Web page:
There are certain people in your life who understand who you are underneath your job title. These people love, empower and protect you on a deep level. That’s why we need them as our cheerleaders and personal support network.
Having a base of trusted friends, relatives or a partner who will stand with you, no matter what, can be a great foundation as you build, advance or change your career.
These people may have known you since you were born or they may have stuck by your side since the mischievous days of high school. Perhaps, they only know you as “mum”.
Family is strength
Charles Sturt University Associate Professor Maree Bernoth understands the importance of personal cheerleaders all too well. Her success as a prominent researcher and advocate for people in aged care has not come without its burdens.
When she blew the whistle on neglect in aged care many years ago, she faced an unexpected backlash and was forced to make a number of life-changing decisions like selling the family home and relocating.
Bernoth is thankful her partner was there to back her through it all.
“It’s about being in it together.”
To have cheerleaders like this, Bernoth believes it’s up to you to help them connect with what you’re doing.
“Bring them on the journey with you. That means communicating with them about what you’re doing, even if they don’t understand what you’re talking about.
“I was talking about disembodiment to my husband, and he became invested in what I was doing. My kids watched me do assignments while they were doing their homework so we were doing it together. My husband learned to cook so that responsibility was taken off me.”
By talking to your loved ones about your challenges, commitments and goals, they’ll have a better understanding of where you are at and how to best support you.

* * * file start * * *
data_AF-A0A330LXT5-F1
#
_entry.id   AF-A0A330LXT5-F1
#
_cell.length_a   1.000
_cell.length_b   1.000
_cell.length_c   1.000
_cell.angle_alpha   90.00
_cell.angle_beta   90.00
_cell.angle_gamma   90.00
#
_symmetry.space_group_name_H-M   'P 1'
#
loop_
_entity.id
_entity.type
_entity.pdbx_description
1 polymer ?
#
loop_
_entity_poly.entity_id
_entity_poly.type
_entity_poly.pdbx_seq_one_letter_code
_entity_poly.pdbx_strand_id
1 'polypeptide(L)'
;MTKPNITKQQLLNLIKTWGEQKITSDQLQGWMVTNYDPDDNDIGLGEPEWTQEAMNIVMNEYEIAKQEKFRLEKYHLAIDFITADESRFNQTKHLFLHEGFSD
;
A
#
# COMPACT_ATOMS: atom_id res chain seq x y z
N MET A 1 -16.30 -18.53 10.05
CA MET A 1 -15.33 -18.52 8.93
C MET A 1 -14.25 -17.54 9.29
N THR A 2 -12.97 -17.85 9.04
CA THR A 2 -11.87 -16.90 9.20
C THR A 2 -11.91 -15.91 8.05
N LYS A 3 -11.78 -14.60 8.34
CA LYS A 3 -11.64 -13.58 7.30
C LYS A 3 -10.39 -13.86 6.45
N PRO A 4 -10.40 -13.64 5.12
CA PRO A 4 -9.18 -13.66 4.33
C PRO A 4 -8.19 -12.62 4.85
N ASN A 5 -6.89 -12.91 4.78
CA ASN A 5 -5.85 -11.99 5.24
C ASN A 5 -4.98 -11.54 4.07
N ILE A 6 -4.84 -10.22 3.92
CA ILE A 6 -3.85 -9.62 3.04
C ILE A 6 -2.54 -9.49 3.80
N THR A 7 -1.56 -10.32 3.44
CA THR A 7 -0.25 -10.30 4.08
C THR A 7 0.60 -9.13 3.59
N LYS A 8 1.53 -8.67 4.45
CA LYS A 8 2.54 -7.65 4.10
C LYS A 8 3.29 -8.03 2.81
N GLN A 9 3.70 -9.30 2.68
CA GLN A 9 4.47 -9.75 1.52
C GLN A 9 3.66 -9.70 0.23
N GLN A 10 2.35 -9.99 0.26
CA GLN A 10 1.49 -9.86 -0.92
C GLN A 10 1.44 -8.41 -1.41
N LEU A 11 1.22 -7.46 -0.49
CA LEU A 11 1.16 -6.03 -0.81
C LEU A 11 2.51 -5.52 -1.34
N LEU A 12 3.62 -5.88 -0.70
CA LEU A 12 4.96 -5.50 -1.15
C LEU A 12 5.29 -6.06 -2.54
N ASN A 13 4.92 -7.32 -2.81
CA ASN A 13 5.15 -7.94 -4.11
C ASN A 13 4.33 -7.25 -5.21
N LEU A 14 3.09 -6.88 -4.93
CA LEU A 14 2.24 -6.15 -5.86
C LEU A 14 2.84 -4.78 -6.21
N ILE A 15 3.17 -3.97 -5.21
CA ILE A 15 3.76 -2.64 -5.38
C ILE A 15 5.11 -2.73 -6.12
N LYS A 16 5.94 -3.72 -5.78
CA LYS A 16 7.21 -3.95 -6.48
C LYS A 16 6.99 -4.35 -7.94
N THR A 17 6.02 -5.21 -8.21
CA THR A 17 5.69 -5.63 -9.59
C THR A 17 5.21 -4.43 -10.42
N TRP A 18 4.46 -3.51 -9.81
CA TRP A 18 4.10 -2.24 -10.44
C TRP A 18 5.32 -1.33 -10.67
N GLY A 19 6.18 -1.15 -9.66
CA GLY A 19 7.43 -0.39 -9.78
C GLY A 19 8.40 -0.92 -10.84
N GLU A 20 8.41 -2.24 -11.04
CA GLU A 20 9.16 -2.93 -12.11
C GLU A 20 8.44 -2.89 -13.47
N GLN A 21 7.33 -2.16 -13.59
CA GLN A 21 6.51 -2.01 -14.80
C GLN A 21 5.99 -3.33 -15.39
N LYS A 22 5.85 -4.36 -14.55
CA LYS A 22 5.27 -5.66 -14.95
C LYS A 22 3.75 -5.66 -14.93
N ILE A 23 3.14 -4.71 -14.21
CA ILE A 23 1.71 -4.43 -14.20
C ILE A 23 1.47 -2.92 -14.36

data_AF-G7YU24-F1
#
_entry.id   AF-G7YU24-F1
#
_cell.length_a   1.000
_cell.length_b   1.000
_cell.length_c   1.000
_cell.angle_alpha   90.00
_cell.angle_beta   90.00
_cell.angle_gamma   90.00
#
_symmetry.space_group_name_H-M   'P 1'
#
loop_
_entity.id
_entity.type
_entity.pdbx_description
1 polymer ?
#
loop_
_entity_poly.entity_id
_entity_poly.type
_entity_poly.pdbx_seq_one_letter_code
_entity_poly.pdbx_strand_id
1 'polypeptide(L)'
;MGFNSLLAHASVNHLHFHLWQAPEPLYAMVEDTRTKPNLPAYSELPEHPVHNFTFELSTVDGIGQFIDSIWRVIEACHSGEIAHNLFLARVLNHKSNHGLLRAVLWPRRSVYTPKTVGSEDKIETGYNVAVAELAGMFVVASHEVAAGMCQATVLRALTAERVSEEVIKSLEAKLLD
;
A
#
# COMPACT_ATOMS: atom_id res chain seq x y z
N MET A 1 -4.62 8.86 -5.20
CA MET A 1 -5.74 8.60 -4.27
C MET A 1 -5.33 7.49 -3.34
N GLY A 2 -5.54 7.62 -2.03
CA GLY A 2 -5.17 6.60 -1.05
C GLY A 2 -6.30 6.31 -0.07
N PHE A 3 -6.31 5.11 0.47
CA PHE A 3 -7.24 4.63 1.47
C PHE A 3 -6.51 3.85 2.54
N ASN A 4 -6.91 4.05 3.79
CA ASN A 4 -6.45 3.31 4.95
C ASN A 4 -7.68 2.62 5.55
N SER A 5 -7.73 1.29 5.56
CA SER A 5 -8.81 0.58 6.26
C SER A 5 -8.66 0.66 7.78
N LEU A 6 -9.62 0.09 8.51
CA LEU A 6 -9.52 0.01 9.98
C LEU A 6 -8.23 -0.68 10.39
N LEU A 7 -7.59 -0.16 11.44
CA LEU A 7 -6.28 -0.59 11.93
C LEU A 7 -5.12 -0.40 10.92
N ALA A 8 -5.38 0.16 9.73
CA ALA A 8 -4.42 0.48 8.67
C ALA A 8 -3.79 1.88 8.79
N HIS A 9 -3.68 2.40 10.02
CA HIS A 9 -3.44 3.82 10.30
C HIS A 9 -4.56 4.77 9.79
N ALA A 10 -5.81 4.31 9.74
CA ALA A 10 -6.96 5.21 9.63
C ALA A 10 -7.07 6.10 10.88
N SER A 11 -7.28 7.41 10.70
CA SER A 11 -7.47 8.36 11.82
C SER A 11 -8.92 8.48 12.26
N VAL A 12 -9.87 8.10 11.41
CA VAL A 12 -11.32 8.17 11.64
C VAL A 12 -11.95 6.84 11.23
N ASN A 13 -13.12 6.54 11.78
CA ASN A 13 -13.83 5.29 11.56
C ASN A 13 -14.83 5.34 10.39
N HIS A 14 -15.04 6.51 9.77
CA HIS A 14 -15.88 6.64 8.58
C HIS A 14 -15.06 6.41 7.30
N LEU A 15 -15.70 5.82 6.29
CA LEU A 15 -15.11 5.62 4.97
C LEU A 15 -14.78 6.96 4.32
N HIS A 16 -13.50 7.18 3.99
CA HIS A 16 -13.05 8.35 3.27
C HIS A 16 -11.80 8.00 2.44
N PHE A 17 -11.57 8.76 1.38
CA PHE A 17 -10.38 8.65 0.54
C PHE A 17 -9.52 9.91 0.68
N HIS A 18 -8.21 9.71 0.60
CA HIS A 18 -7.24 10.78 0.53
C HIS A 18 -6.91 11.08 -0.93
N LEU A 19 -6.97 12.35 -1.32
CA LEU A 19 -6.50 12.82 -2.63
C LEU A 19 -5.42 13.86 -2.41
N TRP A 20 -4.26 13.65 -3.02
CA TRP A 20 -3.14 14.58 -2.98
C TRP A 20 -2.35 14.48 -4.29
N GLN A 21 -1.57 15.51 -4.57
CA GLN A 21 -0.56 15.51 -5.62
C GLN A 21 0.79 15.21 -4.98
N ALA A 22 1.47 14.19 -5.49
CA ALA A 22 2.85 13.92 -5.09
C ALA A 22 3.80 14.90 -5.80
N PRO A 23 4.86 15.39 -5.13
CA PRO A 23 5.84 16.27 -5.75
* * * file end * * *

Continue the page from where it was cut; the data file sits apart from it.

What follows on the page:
For Bernoth, cheerleaders like close family, friends or even the local community offer strength and comfort in many ways.
“There is this cushioning, this support around you.”
Managing business, love and life is a choice
According to Zendesk managing director for Australia and New Zealand Amy Foo, cheerleaders are “foundational” to success because they ground you and give you purpose.
“All roads lead back to home.”
Among Foo’s most important cheerleaders are her sons, partner and father, who she says was a diversity and inclusion champion before “D&I” became a corporate buzzword.
“He’s been a champion for my career my entire life.”
Achieving balance between your career ambitions and quality time with loved ones can sometimes be a challenge. But it is possible.
Foo, who often travels for work and manages more than 200 people, says it comes down to this: “Planning and prioritising is a muscle you need when you have a career and a family. My husband and I communicate furiously on prioritisation.”
One of Foo’s biggest priorities is her sons’ milestones. She will never miss their birthdays or concerts.
“That comes back to understanding what is important and why you want to be present for those occasions. Making work integrate around that is something we all have the power to do.”
Choose your support network wisely
You choose your cheerleaders, Foo explains. You decide who’s allowed by your side.
“Career and life are sometimes uncertain. You can always decide who is next to you to go on that journey of uncertainty. Trust me, if you have the right people next to you – your personal support network – you will always achieve the outcome that you want.
“That’s why I believe it’s so important to have personal cheerleaders.”
The support network to succeed
At Charles Sturt University, we know how important a support network is. Everyone needs it, at one point or another. And that’s true whether you are working at your career or studying for a degree – and especially if you’re doing both.
So when you’re ready to take your next step – we’ll be there every step of the way, whenever you need us.